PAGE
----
But nothing is going to keep some of us away. When I relocated to the UK, two of the books I packed in my bags and brought on the plane with me were Burne Hogarth’s adaptation of “Tarzan Of The Apes” (one of the best graphic novels ever made) and “Panel One: Comic Book Scripts by Top Writers”. That Tarzan adaptation was one of my prized possessions as a kid – and it still is. It introduced me to three life-long loves: visual storytelling, illustration, and Edgar Rice Burroughs. And when all’s said and  done, isn’t love why we’re in this in the first place?

 Neal Romanek

Should I Write A Short?

Posted on: October 30th, 2011 by nromanek 2 Comments

The Day 2 session Should I Write A Short? featured festival director Chris Jones – whose short, Gone Fishing, was shortlisted for the Live Action Short Academy Award – and Esther Wouda – whose script for the animated short, Sintel, was commissioned by Blender. Blender is open source 3D content creation software and the company was looking for a writer to flush out some story concepts they wanted to use in a show piece for their product. As far as story, they had a dragon and a little girl, but not much else. They approached Esther, who gave them some initial feedback and was eventually brought as the writer of an entire narrative which would incorporate all of Blender’s requirements. Sintel is a 12 minute production, but took a year to make. The spectacular result, released on YouTube, had over a 1,000,000 (yes, that’s one million) hits in the first several days.

Esther was given a lot of narrative leeway, provided she incorporated the elements Blender was keen to show off. So she attempted to tell the entire Hero’s Journey in 12 minutes. No one can accuse Esther of not having ambitious vision. But there is saying about short film writing. If you can’t get your idea across in a short film, you probably won’t be able to in a longer one.

Esther’s experience points to an increasing number of opportunities for filmmaking on behalf of corporate clients. I, for example, have recently been involved in short film project for Adobe, who were looking for short projects which they would fund and then would be used at trade shows and other demo situations to show off their project. It had never occurred to me before, prowling the floors of NAB, that someone needs to make – and write – all that content Avid is using for their pitches to the convention delegates.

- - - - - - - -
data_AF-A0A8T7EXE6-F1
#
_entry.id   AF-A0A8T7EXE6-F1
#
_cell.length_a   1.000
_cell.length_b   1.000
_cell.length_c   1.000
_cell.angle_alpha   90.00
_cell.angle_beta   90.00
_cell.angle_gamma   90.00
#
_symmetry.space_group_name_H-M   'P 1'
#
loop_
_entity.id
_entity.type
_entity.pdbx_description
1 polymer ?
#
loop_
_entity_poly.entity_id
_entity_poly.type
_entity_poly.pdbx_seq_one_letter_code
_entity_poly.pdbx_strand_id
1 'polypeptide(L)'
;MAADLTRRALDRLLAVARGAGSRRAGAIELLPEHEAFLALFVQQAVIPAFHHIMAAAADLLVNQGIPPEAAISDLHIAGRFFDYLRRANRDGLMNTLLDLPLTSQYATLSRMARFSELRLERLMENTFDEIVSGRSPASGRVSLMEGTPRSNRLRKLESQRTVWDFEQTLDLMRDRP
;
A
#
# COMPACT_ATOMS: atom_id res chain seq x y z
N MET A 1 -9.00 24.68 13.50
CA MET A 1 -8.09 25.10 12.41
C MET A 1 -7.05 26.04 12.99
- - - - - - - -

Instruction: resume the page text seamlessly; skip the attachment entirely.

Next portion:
But short films need not be corporate sponsored or commissioned to be invaluable tools. There are a wide variety of reasons to write or write-direct a short film. They can be calling cards to show off your ability. They can be used to promote other longer form material via a trailer or sizzle reel. Both Chris and Esther agreed that it was important to know why you were doing a short. It’s important to work out a long-term strategy – even if that strategy is just practice for the next short. If, for example, a short is distributed, even iadvertently, on YouTube or on DVD, it will be ineligible for many festivals, or for an Academy Award nomination. Each festival or contest has its own particular, arcane set of rules and, if you plan on sending your short down these paths, you need to know what they are.

Chris found in his experience that the greatest benefit of writing and directing a short film was the amazing education he got – in writing, production, and the involved process of getting that film in front of people. He is a firm believe in making films, making them now, for the sake of making them. There is so much production technology and so many distribution outlets available on the internet that if you are not making and exhibiting short films, it’s simply because you don’t really want to. Tremendous digital tools, like Blender, used to make tremendous digital tools used to make Sintel are absolutely free to anyone with a browser and a hard drive.

In L.A., I was part of the Alpha 60 Film Collective, a group of shabby film geeks and self-styled geniuseses from Silverlake and surrounding parts. At the regular meetings 15 or 20 filmmakers would submit short scripts – some highly detailed, some no more than a note on an napkin – these would be randomly distributed and we would all have to go bring back a film, ostensibly based on the script we received, in two weeks. It was an amazing opportunity to just write and shoot, write and shoot. It didn’t matter what the quality of the script or the final production was. The idea was to be in the process – “wax on, wax off, wax on…”, but with movies. I’m definitely with Chris in that the technology you use, the polish of your film, the aesthetics you choose to adopt are secondary to being in the game and actually making something and putting it in front of people, and then doing it again and again, leading with your heart.
Neal Romanek

Writing Fantastical TV by Neal Romanek

Posted on: October 29th, 2011 by nromanek 1 Comment

Planet Maui from The Cyclopedia Of Worlds


Saturday afternoon’s panel Writing Fantastical TV featured a collection of brilliant genre writers who all have enviable genre careers. The panel was moderated by Tom Hunter, director of the Arthur C. Clark award. The writers were Adrian Hodges, creator of Primeval, Dr. Who novelist and writer of Stormhouse Jason Arnopp, sci-fi novelist Philip Palmer, and the only man nominated for a Hugo award in three categories Paul Cornell.